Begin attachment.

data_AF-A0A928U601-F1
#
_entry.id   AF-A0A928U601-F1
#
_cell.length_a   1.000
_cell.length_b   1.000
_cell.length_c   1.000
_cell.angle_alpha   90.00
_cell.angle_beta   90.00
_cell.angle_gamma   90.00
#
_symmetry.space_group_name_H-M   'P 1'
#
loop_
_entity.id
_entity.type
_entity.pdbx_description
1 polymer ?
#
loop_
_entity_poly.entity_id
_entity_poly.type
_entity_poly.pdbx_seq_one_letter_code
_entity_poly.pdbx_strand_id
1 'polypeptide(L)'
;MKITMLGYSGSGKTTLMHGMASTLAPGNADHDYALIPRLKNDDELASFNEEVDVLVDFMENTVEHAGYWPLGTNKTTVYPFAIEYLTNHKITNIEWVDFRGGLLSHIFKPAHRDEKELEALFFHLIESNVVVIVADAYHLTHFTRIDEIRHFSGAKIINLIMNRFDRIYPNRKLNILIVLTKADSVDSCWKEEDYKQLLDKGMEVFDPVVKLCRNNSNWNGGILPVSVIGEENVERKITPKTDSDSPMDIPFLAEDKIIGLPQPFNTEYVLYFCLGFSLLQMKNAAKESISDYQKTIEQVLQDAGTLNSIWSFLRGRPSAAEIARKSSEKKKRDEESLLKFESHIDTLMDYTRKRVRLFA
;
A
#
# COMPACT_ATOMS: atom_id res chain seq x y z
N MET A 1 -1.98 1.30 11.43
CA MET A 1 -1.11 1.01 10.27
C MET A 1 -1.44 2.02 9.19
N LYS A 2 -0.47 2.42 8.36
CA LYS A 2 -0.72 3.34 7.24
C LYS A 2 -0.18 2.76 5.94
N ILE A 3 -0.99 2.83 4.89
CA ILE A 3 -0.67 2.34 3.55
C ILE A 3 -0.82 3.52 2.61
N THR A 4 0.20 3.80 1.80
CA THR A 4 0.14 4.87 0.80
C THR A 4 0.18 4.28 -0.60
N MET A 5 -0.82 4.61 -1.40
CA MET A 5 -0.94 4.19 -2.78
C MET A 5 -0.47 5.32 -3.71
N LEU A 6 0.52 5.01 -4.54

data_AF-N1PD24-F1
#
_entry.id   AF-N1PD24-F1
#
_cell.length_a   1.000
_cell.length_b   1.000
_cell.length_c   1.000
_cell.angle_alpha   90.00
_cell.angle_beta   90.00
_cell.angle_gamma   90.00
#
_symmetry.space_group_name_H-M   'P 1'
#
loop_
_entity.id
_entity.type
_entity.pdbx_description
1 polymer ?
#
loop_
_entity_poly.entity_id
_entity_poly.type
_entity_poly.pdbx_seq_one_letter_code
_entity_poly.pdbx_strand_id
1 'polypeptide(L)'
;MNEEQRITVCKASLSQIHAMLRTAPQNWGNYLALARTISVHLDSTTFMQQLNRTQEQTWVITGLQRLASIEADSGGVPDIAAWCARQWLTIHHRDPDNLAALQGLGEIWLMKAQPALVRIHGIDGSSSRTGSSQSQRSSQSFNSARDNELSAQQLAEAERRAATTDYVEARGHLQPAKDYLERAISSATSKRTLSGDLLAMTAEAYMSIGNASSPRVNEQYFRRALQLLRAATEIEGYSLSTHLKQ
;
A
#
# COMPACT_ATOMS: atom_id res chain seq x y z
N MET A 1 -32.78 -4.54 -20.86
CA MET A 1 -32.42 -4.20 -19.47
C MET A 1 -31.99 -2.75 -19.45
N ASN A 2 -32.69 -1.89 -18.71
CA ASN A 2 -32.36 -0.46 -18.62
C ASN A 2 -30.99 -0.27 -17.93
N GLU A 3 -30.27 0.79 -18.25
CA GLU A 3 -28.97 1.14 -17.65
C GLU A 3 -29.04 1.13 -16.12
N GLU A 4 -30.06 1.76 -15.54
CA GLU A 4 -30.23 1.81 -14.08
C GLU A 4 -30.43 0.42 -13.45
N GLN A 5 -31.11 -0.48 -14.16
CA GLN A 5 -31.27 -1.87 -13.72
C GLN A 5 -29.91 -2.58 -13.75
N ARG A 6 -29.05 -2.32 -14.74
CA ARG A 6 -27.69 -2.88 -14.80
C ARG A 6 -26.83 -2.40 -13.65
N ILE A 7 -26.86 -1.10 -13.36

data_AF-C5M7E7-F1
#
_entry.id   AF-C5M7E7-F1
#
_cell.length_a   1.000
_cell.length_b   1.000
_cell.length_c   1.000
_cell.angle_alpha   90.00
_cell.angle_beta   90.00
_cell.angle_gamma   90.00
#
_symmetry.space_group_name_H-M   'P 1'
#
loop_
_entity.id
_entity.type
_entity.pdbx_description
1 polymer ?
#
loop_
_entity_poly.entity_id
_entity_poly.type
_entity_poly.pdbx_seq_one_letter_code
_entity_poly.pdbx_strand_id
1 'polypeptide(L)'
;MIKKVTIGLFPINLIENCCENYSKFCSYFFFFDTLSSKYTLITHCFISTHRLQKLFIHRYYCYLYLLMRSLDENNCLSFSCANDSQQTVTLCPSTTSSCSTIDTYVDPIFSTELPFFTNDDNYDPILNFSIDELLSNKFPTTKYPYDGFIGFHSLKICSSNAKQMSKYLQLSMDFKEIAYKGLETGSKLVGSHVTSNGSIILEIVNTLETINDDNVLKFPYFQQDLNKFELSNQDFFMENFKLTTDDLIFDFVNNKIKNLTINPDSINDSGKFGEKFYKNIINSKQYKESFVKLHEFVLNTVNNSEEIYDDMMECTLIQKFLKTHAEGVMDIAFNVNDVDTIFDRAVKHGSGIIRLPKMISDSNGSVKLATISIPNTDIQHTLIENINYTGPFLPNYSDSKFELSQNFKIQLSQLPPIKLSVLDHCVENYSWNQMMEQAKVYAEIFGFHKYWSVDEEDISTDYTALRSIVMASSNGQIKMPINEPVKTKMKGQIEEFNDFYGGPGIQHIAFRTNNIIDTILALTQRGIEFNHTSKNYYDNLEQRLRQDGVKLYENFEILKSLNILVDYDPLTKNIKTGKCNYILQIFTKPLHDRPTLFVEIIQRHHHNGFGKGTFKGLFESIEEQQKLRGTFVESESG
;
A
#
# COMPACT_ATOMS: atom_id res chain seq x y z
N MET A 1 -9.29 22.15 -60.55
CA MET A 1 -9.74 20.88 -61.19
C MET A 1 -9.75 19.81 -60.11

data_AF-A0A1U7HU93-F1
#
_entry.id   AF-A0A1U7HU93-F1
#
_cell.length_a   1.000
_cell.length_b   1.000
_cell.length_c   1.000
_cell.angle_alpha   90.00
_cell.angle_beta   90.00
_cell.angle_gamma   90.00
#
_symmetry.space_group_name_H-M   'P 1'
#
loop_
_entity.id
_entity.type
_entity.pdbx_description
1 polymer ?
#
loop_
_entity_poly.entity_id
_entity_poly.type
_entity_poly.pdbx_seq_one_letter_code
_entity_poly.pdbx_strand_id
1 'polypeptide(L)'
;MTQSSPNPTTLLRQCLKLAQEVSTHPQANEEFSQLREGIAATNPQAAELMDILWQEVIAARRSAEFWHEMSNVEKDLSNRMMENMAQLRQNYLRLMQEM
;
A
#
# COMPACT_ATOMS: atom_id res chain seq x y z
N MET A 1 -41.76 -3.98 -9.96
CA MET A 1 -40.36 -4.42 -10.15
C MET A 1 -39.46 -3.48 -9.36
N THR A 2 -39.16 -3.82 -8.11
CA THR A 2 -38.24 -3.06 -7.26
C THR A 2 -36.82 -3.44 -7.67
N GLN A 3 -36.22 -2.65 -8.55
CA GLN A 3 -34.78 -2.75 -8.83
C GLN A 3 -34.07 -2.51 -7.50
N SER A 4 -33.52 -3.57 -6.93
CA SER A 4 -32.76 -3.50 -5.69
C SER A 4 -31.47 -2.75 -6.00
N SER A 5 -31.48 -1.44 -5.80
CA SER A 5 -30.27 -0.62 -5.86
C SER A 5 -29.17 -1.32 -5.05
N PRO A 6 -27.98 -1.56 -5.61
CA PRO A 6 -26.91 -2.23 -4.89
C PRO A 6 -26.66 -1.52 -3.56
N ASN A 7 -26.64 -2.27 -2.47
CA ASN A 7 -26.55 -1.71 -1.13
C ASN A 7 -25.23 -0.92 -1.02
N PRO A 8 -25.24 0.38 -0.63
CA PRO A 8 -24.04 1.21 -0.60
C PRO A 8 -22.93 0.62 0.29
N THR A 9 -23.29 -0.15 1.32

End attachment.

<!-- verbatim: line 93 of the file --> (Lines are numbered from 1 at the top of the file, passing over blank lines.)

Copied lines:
CA ARG A 6 -27.69 -2.88 -14.80